Shyvette Williams Collection This penthouse apartment located in a beautifully kept Tudor building in the South Shore neighborhood is home to a marvelous collection of art. The entire space pays homage to the importance of balance and harmony, both inside and out, including a serene balcony overlooking neighborhood rooftops. The art collection is a masterful counterpoint to a stunning collection of antique furniture. The homeowner is an artist and interior designer who collects primarily art and artifacts of the African diaspora but who only sparingly displays those of her own works with which she has lived for many years, including an intricate re-imagined portrait of mother and child. This collector has been collecting art for over two decades to amass a powerful yet eclectic collection. While there is a muscular Michael Qualls sculpture and wonderful pieces by Susan Clinard, it also includes pieces from more than half of the Diasporal Rhythms featured artists.
Dixon Elementary School Collection
There’s something very special about the Arthur Dixon Elementary School on Chicago’s South Side. Over two-hundred works of art fill the bright yellow halls of the school building and spill outside into the schoolyard. Sculptures, oil paintings, watercolors, mosaics, and textiles by local Chicago artists including Diasporal Rhythms featured artists Adedayo Laoye, Annette (Malika) Jackson and Faheem Majeed, among many others (including the students themselves), will present you with a viewing experience filled with color, texture, and creativity. The artwork has had a positive impact on the student body, where the art is integrated into the curriculum and where the children respect and value the art gracing the building’s walls.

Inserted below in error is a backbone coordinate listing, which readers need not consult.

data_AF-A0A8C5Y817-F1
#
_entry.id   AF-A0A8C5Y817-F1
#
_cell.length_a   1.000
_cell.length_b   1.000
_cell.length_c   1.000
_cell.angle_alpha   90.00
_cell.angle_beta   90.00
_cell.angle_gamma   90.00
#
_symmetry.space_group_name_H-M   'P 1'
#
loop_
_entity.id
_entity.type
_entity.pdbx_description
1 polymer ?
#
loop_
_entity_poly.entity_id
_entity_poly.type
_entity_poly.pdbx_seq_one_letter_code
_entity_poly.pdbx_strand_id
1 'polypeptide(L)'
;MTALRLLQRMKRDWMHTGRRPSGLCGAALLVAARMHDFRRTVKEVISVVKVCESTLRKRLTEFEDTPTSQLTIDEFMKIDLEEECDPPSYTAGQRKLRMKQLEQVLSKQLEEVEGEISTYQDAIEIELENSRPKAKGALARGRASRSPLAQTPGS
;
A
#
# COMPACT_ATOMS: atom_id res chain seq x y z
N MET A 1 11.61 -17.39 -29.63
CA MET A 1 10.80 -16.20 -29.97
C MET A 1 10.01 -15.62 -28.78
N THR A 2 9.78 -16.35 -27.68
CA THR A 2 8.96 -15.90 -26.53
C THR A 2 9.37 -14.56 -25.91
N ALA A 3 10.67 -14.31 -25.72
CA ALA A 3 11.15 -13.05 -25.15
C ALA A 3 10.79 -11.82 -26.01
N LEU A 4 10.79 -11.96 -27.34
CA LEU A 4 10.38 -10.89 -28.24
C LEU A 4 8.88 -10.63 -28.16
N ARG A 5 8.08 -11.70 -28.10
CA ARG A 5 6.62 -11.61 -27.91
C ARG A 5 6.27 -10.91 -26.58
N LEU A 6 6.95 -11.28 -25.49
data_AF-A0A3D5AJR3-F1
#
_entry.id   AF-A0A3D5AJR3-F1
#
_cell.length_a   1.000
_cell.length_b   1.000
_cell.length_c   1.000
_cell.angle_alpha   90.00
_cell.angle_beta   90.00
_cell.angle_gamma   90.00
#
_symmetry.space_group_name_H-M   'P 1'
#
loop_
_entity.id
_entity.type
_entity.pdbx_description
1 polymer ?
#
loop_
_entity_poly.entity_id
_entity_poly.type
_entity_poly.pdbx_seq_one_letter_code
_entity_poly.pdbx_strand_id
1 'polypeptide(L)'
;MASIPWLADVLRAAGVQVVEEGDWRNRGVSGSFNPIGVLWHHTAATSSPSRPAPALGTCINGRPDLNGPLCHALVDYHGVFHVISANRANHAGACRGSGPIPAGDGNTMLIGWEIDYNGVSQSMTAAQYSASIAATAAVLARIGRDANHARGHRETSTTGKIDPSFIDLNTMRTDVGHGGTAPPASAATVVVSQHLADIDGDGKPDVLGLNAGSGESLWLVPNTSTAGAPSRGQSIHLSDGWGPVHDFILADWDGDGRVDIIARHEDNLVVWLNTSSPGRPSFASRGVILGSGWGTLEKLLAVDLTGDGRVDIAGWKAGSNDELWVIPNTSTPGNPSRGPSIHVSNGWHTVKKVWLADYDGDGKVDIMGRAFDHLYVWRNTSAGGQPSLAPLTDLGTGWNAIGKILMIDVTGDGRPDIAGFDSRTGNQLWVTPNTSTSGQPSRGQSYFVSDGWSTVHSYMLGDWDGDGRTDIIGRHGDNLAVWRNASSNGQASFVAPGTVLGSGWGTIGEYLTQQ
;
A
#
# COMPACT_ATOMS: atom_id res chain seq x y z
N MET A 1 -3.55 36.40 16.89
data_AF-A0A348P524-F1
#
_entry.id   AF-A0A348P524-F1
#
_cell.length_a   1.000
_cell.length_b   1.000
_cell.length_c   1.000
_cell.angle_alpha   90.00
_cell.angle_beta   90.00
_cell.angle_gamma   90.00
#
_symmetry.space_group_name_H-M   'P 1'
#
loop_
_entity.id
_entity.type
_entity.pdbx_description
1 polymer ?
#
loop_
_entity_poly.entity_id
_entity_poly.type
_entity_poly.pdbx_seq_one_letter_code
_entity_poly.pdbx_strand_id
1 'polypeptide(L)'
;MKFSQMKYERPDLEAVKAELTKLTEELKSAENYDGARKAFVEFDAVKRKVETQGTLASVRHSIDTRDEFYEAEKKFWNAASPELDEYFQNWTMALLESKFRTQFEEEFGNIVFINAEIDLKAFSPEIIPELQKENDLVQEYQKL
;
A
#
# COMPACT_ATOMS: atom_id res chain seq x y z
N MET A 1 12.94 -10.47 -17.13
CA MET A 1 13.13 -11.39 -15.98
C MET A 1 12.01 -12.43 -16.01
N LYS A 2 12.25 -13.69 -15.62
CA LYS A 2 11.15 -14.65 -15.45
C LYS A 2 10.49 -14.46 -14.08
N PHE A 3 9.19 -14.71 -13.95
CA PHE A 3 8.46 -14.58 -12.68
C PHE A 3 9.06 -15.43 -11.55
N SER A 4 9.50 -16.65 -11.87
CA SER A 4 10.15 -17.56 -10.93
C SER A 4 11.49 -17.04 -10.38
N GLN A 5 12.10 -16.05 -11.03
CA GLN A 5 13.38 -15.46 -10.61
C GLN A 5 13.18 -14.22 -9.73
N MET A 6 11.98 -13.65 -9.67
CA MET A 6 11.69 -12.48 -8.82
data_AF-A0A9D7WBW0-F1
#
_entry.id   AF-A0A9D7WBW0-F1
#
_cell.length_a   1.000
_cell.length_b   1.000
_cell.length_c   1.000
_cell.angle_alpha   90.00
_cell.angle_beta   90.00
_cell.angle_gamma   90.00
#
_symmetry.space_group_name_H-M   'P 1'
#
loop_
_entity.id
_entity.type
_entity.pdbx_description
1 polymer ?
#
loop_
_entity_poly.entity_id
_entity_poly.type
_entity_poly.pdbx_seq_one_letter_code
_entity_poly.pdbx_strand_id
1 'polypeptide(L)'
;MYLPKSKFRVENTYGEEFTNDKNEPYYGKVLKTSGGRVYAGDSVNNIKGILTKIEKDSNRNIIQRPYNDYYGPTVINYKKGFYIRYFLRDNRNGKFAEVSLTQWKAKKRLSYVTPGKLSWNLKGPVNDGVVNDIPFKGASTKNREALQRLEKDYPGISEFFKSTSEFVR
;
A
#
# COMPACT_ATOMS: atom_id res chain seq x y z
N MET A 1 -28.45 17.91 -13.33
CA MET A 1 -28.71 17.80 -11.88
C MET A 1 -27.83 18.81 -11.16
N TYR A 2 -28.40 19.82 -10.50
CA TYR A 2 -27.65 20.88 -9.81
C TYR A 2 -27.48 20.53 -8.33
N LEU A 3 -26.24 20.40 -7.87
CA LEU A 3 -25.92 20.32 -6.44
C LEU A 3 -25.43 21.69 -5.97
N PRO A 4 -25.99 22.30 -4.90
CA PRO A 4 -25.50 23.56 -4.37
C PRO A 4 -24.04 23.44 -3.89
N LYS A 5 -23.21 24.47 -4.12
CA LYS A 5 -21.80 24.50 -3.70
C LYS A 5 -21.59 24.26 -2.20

The collection began in the 1990’s with the efforts of Principal Joan Dameron Chrisler and her assistant principal at the time, Carol Briggs. The school and its art has been memorialized in a recent documentary “The Curators of Dixon School” by Pamela Sherrod Anderson. This 2012 film, which has garnered great reviews by critics, is also worth checking out.
Upon entering this beautiful south-side raised ranch, you are immediately touched by the graceful elegance of this lovely home. As you stand there, your eyes focus on an exquisite collection of paintings, sculptures and prints strategically grouped to compliment the color pallet of one another and the tastefully décor of the mid-century modern furniture in each room. Even in the kitchen, through the creative design of the collector, an outstanding art piece created by Murry N. DePillars is extended into a magnificent backsplash using the colors and details of the piece. Her collection contains art from artists such as Romare Bearden, Bayo and Jesse Howard, and African art and artifacts that she obtained during her own travels. The collector has masterfully integrated the contemporary and African art into a visual delight. A visit to this home will leave you with a feeling of warmth, comfort and style, so take time to enjoy. One last thing, don’t forget to ask the collector about her owls.